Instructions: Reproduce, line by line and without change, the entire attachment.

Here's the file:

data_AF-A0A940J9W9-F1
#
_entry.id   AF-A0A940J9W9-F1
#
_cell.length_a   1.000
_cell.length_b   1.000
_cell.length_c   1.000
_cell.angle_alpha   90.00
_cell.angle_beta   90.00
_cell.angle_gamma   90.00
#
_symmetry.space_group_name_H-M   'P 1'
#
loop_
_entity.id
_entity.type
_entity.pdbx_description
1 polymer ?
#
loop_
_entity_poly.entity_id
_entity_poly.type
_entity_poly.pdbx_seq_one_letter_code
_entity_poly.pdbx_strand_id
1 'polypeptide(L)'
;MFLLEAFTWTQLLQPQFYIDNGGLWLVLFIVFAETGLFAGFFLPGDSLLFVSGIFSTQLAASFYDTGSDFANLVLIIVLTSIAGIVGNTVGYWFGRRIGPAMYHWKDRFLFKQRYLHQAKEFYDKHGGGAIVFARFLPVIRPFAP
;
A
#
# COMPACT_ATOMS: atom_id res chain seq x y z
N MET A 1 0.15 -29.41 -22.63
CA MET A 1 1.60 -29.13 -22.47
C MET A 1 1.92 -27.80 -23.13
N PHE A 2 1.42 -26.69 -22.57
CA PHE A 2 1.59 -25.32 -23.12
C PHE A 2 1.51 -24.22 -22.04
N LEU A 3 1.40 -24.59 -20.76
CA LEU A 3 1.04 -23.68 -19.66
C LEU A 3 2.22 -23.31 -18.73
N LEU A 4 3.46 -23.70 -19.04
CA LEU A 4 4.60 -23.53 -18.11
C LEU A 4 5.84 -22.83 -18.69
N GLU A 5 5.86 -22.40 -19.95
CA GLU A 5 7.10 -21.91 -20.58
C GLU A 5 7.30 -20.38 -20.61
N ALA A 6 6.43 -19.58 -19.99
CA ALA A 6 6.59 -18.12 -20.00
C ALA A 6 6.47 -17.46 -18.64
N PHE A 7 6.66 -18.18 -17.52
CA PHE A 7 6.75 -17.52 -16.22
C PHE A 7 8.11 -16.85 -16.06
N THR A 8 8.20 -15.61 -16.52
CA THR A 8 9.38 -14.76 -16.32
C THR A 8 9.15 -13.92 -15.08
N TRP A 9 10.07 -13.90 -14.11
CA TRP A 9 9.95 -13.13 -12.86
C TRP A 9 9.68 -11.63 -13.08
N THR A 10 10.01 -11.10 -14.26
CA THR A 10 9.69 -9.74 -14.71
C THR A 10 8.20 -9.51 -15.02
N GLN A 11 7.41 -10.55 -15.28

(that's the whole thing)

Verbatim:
data_AF-A0A940J9W9-F1
#
_entry.id   AF-A0A940J9W9-F1
#
_cell.length_a   1.000
_cell.length_b   1.000
_cell.length_c   1.000
_cell.angle_alpha   90.00
_cell.angle_beta   90.00
_cell.angle_gamma   90.00
#
_symmetry.space_group_name_H-M   'P 1'
#
loop_
_entity.id
_entity.type
_entity.pdbx_description
1 polymer ?
#
loop_
_entity_poly.entity_id
_entity_poly.type
_entity_poly.pdbx_seq_one_letter_code
_entity_poly.pdbx_strand_id
1 'polypeptide(L)'
;MFLLEAFTWTQLLQPQFYIDNGGLWLVLFIVFAETGLFAGFFLPGDSLLFVSGIFSTQLAASFYDTGSDFANLVLIIVLTSIAGIVGNTVGYWFGRRIGPAMYHWKDRFLFKQRYLHQAKEFYDKHGGGAIVFARFLPVIRPFAP
;
A
#
# COMPACT_ATOMS: atom_id res chain seq x y z
N MET A 1 0.15 -29.41 -22.63
CA MET A 1 1.60 -29.13 -22.47
C MET A 1 1.92 -27.80 -23.13
N PHE A 2 1.42 -26.69 -22.57
CA PHE A 2 1.59 -25.32 -23.12
C PHE A 2 1.51 -24.22 -22.04
N LEU A 3 1.40 -24.59 -20.76
CA LEU A 3 1.04 -23.68 -19.66
C LEU A 3 2.22 -23.31 -18.73
N LEU A 4 3.46 -23.70 -19.04
CA LEU A 4 4.60 -23.53 -18.11
C LEU A 4 5.84 -22.83 -18.69
N GLU A 5 5.86 -22.40 -19.95
CA GLU A 5 7.10 -21.91 -20.58
C GLU A 5 7.30 -20.38 -20.61
N ALA A 6 6.43 -19.58 -19.99
CA ALA A 6 6.59 -18.12 -20.00
C ALA A 6 6.47 -17.46 -18.64
N PHE A 7 6.66 -18.18 -17.52
CA PHE A 7 6.75 -17.52 -16.22
C PHE A 7 8.11 -16.85 -16.06
N THR A 8 8.20 -15.61 -16.52
CA THR A 8 9.38 -14.76 -16.32
C THR A 8 9.15 -13.92 -15.08
N TRP A 9 10.07 -13.90 -14.11
CA TRP A 9 9.95 -13.13 -12.86
C TRP A 9 9.68 -11.63 -13.08
N THR A 10 10.01 -11.10 -14.26
CA THR A 10 9.69 -9.74 -14.71
C THR A 10 8.20 -9.51 -15.02
N GLN A 11 7.41 -10.55 -15.28